- FIFA adds prison labor to its arsenal
- Sitting on a scoop: the story behind the V-E headlines of May 1945
- Bilderback repeats at Speedway
- US permits Arctic drilling, but questions about safety remain
- ISIS takeover of Ramadi means hard choices face the Iraqi and US governments
- State Roundup: Democrat sponsored prevailing wage amendment passes
- Facebook’s Instant Articles not a threat to media
- U of I expert: Rauner’s pension fix ‘unconstitutional’
- State Senate approves lesser penalties for marijuana possession
- State Roundup: Natural gas vehicle tax stalls in committee
Teachers’ strike a black eye for community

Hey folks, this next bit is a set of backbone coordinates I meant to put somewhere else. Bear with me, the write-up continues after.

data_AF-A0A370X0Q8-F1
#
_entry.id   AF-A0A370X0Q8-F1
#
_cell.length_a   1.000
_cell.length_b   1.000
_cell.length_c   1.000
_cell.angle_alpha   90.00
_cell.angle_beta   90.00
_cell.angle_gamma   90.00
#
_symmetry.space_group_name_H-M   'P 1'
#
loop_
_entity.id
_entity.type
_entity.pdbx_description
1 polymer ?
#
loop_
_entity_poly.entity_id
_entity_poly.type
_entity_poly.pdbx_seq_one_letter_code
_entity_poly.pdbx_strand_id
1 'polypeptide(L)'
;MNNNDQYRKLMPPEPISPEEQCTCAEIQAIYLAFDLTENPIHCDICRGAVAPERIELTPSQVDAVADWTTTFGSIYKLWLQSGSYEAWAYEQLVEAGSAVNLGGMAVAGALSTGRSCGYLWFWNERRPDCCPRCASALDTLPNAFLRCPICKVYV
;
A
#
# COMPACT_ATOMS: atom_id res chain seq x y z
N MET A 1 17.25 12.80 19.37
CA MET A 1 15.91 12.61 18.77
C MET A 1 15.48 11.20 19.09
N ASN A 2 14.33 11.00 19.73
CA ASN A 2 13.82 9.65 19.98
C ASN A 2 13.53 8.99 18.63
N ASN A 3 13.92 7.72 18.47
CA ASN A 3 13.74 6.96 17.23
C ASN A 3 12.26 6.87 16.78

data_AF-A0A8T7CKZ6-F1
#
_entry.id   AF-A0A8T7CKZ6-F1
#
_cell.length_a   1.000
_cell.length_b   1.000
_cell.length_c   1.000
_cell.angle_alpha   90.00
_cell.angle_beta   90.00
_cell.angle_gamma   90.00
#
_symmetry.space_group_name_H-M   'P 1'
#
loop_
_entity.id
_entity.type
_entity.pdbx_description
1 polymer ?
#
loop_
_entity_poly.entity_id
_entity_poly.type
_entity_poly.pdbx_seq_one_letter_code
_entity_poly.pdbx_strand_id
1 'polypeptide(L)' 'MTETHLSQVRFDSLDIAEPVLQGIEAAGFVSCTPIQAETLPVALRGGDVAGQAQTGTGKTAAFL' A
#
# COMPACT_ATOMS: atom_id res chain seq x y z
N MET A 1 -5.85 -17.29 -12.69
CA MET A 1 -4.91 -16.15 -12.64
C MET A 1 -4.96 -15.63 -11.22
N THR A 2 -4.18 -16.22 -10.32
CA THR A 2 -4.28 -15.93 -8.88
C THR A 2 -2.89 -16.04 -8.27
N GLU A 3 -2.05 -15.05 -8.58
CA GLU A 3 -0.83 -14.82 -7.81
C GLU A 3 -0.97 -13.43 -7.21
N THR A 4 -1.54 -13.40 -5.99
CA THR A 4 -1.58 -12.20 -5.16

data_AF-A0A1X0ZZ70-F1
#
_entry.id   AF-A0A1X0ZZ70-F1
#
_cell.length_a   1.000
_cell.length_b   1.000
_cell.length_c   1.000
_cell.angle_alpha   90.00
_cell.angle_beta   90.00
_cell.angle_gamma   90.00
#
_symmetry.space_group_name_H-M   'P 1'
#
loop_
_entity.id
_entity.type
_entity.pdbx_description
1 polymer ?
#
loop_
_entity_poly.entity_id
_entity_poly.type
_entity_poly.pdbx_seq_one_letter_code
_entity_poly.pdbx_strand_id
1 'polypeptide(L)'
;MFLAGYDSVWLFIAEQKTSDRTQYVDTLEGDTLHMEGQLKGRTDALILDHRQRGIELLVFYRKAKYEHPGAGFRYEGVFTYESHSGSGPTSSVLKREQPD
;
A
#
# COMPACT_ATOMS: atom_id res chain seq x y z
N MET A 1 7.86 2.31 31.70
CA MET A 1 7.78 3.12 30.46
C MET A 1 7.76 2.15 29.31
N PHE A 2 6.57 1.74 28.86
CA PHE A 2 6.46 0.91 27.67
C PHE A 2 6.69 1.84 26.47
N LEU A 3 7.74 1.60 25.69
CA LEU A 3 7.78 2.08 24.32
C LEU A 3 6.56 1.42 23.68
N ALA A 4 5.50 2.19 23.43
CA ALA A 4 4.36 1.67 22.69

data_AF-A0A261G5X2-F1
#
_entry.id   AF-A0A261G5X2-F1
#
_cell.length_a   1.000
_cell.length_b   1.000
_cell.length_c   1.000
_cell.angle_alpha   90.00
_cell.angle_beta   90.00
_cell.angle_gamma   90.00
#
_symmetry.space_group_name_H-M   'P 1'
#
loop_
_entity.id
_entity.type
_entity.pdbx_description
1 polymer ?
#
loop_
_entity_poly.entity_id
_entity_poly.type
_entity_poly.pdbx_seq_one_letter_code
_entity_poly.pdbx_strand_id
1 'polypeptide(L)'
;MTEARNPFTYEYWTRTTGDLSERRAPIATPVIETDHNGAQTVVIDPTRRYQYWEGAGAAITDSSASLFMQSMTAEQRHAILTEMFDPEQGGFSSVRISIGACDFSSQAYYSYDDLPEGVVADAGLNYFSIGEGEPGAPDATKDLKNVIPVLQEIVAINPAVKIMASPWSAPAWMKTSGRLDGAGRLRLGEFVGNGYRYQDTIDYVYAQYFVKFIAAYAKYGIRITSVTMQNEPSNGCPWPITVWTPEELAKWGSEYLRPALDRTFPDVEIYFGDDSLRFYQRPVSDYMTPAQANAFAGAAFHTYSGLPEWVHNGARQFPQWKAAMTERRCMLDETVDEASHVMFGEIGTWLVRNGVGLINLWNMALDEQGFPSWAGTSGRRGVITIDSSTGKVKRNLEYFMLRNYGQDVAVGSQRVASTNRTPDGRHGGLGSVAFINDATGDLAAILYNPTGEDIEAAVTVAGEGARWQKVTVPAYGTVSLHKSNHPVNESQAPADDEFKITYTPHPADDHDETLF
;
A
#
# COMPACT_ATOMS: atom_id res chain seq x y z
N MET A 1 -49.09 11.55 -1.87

Once more, the Rockford teachers’ union has manipulated the teachers to do the union’s bidding. The strike is a black eye on the community. The best way for an organization to keep its power is to show off its power. Could not the teachers have voted from their respective schools via the Internet? The Coronado, indeed. Could they not have hired an arbitrator to settle the dispute?
Why didn’t we hear from the dozen teachers who were against the strike? I, for one, would like to know their reasons.
In the fall of 1972, my very first year of teaching, a strike was called. Being new and eager to get started, I went to my school to work on lesson plans. I promptly received threatening phone calls and letters. Frightened, I began to wonder if I had chosen an honorable career at all.
Herman Melville once ended a sad short story with the words, “Ah, humanity.” He was right.
From the April 18-24, 2012, issue